Maya civilization


The struggle for Maya land, oil, and gold

by Robin Llewellyn 11 July 2012 After two very recent attacks on Maya community leaders in Guatemala, the challenges faced by the lawyers applying domestic law and international indigenous rights legislation to these conflicts are revealing, as legal concepts are reinterpreted by governments in indigenous communities across the Maya region of Central America. On the night of 12 June two men broke into the home of José Tavico Tzunun in Santa Cruz del Qiché, Western Guatemala, and murdered him. Tzunun was a member of the K’iche’ Peoples Council in Defense of Life, Mother Nature, Earth, and Indigenous Territory. He helped […]

Oil

Losing Maya Heritage to Looters

This article was published in National Geographic about looting in Guatemala, but since it affects Belize as well, I thought I’d share with you all. The tunnels are the work of “huecheros”—the local slang term for antiquity looters, derived from the Maya word for armadillo. On a building overlooking an ancient plaza, the looters scrawl a message, brazen and taunting: “We, the huecheros, stuck it to this place.” Almost every pyramid in the sprawling site has a looter’s tunnel on at least one side. Most of the hieroglyphic panels, the pottery, and the jade from tombs here have been raided […]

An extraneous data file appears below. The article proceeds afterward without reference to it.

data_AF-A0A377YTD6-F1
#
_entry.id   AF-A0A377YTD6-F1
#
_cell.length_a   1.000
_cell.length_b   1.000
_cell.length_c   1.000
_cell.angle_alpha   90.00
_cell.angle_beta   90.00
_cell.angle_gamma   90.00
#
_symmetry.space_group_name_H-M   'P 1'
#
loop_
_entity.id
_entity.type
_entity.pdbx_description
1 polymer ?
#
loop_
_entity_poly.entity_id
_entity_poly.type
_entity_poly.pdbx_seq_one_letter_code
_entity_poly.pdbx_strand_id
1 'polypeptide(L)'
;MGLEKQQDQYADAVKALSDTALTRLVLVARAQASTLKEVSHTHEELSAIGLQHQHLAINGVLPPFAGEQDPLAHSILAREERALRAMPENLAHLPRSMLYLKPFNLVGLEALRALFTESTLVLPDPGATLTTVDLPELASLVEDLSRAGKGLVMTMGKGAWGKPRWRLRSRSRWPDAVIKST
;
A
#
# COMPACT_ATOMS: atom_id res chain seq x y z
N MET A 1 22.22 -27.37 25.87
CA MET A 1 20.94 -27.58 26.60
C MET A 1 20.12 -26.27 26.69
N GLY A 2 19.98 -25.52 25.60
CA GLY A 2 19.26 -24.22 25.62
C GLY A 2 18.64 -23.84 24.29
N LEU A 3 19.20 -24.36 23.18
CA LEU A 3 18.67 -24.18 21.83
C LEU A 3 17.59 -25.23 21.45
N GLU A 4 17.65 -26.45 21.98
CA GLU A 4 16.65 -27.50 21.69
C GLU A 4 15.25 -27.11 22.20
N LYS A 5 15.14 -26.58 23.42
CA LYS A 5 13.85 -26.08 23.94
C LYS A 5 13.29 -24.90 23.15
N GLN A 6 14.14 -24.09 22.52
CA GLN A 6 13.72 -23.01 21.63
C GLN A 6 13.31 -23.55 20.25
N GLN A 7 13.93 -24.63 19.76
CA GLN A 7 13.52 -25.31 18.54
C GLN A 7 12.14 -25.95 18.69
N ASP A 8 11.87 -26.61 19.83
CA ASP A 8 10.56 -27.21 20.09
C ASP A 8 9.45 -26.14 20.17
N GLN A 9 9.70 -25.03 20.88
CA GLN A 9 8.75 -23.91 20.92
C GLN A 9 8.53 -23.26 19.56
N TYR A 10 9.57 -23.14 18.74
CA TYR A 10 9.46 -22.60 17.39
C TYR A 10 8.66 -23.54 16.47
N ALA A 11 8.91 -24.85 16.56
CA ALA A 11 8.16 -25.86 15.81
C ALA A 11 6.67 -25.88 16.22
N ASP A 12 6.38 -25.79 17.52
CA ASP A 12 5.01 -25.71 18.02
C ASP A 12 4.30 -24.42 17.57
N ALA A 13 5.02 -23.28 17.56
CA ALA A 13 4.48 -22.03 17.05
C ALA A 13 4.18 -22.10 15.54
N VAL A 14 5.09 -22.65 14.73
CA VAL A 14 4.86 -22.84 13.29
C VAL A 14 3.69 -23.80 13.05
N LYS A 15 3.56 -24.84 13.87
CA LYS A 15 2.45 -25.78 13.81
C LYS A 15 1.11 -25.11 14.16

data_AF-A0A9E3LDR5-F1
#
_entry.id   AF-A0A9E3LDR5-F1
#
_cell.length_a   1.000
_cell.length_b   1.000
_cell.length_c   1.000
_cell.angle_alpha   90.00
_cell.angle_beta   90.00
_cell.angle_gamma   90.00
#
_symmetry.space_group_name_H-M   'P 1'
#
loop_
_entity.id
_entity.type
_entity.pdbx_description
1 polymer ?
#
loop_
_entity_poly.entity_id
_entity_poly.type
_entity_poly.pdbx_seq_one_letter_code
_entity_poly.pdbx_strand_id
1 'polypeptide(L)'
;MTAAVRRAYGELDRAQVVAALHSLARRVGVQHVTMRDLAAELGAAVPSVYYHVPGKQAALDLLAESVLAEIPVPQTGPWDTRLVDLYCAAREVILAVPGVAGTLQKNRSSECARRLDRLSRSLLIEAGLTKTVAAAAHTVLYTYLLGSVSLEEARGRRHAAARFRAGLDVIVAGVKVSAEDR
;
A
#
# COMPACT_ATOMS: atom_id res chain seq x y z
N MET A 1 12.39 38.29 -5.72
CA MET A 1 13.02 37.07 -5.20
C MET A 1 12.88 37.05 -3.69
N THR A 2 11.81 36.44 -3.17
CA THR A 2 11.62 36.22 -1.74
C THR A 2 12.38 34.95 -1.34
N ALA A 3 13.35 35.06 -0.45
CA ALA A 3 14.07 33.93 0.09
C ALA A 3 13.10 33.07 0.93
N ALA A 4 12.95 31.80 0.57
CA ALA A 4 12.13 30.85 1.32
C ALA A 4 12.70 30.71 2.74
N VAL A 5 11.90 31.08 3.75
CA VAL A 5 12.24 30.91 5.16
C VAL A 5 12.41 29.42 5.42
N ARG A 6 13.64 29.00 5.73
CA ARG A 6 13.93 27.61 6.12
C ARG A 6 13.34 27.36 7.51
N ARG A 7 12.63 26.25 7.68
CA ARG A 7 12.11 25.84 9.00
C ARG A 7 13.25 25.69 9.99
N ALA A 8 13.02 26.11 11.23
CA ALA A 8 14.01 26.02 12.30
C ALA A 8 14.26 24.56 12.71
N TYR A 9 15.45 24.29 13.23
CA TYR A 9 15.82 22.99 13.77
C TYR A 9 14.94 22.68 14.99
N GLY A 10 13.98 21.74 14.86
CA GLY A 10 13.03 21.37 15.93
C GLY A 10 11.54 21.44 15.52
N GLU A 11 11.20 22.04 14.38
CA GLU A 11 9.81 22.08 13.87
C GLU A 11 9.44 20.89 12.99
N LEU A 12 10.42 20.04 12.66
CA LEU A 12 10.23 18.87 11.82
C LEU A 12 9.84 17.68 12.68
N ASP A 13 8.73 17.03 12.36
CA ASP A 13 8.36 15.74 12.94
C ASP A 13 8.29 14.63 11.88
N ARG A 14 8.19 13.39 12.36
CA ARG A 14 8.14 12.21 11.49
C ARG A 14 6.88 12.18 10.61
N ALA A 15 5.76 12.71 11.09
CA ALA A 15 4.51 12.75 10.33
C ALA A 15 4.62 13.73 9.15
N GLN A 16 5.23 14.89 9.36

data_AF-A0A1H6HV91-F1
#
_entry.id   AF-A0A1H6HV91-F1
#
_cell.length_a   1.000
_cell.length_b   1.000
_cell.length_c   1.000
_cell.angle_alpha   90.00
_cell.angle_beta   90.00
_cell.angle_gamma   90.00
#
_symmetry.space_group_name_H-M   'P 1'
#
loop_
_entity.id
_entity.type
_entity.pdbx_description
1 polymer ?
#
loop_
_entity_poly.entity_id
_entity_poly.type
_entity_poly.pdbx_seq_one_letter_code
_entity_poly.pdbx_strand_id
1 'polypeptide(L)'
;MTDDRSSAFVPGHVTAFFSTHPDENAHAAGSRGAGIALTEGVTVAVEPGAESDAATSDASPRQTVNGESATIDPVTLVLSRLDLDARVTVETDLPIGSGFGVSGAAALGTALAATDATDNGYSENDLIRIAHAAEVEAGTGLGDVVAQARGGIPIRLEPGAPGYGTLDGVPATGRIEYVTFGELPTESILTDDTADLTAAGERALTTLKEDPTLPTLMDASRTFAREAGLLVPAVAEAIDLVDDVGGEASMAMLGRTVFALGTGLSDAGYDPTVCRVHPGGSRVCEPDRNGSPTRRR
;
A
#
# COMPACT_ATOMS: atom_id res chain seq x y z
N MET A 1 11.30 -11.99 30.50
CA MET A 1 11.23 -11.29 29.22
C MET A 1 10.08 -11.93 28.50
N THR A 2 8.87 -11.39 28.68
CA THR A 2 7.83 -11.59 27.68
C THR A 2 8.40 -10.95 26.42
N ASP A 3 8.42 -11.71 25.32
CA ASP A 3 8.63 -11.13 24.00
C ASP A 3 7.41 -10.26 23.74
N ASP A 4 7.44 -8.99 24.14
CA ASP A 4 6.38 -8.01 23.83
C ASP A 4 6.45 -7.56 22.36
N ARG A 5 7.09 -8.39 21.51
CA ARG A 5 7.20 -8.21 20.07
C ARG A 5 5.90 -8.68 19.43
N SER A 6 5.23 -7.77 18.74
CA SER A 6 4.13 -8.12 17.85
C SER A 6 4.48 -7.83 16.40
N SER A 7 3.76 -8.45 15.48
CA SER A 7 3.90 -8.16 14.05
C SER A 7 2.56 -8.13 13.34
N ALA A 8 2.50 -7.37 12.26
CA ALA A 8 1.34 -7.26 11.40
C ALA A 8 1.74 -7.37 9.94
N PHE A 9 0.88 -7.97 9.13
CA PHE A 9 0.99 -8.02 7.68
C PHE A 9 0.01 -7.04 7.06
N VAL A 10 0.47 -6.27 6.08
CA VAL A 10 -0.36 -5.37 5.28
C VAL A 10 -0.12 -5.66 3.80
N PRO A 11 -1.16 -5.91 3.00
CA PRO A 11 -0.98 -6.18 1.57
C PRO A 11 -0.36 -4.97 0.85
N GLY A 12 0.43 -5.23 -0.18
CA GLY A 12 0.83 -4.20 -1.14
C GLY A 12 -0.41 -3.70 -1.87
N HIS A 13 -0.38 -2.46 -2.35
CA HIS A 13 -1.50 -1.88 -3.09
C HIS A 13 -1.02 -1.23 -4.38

Engineering an Empire – The Maya

At the height of its glory, this mysterious civilization ruled a territory of 125,000 square miles across parts of Guatemala, Mexico, Honduras, El Salvador and Belize. What began as a modest population of hunters and gatherers expanded into more than forty flourishing city-states who engineered sky-high temple-pyramids, ornate palaces and advanced hydraulic systems. Where did they come from and what catastrophes caused the collapse of this innovative civilization? From the Temple-Pyramids at Tikal, to the royal tomb at Palenque, to the star observatory at Chichén Itzá, this episode will examine the architecture and infrastructure that enabled the rise and fall […]